HTC recently said that it is working on a sequel to the HTC Flyer, Although, the Taiwan-based company did not say anything about the kind of features that we can expect from the upcoming tab. What is confirmed is that it “definitely” will be launched in the UK.
If HTC is looking to compete with the Google Nexus 7, it would bode well for it to consider this checklist carefully:
Android Jelly Bean
It is an absolute necessity for the HTC Flyer 2 to run the latest version of the Android OS. Besides the cool and more responsive user interface, it also boasts of the splendid Google Voice Search, compared to which Apple’s Siri is nothing. Also, Google Now is included, which is aware of what you’re doing and gives useful information that may come in handy. All these features will be included in the Nexus 7 from the very first day of its launch itself, while the Galaxy Nexus can obtain these features through an OTA update. So, the HTC Flyer 2 really needs the Android 4.1 Jelly Bean in order to stay in the competition.
The original Flyer was shipped with Android 2.3 Gingerbread, while most tablets used to run on Android 3.0 Honeycomb. This was a major factor in the failure of the original HTC Flyer.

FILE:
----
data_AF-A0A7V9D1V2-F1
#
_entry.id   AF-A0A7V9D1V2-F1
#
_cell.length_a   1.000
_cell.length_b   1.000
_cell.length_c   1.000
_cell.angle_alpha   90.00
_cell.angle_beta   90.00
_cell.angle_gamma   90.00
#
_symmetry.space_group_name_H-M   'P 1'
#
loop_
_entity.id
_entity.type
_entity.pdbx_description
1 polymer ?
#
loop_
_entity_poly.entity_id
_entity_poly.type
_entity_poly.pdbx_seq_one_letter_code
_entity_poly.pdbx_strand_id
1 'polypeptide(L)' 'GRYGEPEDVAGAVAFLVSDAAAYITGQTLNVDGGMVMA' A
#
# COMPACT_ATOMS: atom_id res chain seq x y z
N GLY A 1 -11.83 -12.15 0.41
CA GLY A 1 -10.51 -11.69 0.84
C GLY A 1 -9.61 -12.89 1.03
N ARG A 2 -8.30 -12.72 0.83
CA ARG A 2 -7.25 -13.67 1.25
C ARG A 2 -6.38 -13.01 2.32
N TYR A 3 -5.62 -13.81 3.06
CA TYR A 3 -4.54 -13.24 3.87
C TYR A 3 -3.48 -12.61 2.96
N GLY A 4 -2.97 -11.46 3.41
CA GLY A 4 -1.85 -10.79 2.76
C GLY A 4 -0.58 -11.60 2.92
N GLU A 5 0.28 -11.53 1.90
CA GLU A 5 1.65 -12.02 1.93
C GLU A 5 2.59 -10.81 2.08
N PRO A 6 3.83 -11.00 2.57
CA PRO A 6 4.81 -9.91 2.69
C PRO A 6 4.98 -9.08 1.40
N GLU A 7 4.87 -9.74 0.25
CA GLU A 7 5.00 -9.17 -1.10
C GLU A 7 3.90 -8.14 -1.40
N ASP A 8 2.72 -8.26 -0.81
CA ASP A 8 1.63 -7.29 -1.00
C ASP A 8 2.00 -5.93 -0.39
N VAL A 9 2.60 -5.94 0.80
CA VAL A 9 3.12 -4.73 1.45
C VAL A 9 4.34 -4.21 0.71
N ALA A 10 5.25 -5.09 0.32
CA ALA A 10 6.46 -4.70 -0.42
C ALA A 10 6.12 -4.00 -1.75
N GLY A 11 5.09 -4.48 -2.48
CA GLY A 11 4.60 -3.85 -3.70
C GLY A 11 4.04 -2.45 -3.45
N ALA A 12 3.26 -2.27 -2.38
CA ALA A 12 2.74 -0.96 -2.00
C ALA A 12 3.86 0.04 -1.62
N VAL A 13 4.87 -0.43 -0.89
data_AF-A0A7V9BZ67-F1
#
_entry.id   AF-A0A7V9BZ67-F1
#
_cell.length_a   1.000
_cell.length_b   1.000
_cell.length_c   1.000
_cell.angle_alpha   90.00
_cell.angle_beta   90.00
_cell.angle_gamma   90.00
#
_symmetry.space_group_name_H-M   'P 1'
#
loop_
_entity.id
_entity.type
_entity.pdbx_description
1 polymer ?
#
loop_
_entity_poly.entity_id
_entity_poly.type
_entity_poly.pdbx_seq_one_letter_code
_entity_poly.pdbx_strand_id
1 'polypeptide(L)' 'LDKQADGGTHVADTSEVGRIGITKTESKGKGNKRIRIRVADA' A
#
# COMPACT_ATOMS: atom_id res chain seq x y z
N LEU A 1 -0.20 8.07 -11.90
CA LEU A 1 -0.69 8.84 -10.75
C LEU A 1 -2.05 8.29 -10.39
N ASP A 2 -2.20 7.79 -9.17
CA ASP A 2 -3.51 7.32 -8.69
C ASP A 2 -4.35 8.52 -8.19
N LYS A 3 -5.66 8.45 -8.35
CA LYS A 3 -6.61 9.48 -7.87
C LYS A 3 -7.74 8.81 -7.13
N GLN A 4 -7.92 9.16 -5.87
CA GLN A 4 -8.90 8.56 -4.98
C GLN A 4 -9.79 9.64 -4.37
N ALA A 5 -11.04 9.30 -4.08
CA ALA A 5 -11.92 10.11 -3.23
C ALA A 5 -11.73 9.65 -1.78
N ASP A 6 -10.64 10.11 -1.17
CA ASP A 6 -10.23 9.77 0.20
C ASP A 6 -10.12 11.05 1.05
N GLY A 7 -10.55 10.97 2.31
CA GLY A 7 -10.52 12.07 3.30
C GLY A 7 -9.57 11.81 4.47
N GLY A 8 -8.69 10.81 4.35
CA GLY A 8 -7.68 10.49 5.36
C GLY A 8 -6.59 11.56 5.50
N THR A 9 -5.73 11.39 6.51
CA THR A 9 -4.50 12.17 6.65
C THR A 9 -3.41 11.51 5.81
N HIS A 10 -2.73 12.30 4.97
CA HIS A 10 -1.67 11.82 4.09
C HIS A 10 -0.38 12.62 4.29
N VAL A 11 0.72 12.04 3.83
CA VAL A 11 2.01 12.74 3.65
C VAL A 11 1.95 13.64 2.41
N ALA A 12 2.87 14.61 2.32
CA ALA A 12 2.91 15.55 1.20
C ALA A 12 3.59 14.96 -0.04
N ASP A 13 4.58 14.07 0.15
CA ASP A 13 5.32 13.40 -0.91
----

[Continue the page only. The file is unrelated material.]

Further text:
The original Flyer came with a stylus that seemed to differentiate it significantly from the hordes of other Android tablets. It allowed you to write notes on any place on the UI! However, the public did not really respond too warmly to the idea of a stylus, in an age dominated by the Apple iPad, where we use nothing but our fingers while using tablets.
Although it offered many cool features, a stylus is a complete no-no on the Flyer 2.
Better battery life
The original Flyer disappointed greatly in battery life. The Nexus 7 is promising around 300 hours of standby battery time, 9 hours of video playback, 10 hours of ebook-reading and 10 hours of web browsing. Thus, the Flyer 2 really needs to step up its game in the battery department.
Separate 3G and Wi-Fi-only versions
The Google Nexus 7 does not support 3G and this may just be its Achilles’ heel. However, you can find Wi-Fi hotspots anywhere today and easily surf the Web on Wi-Fi on the Nexus 7. Similarly, HTC may offer a non-3G version of the Flyer 2 in order to price the device more competitively.
The Google Nexus 7 has been priced at a shockingly low £160. Although any other 7-inch tablet will have a hard time pricing itself at such a low level, the Flyer 2 will have to keep its price in the sub-£200 level in order to afford any competition to the Nexus 7.
People do not wish to spend much money on a 7-inch tablet since it’s actually not that much larger than the modern big-screen phones that take up much of the shelf-space today. So if HTC wants to do well in tablet market with the Flyer 2 then we hope would see all these features in the upcoming HTC tab.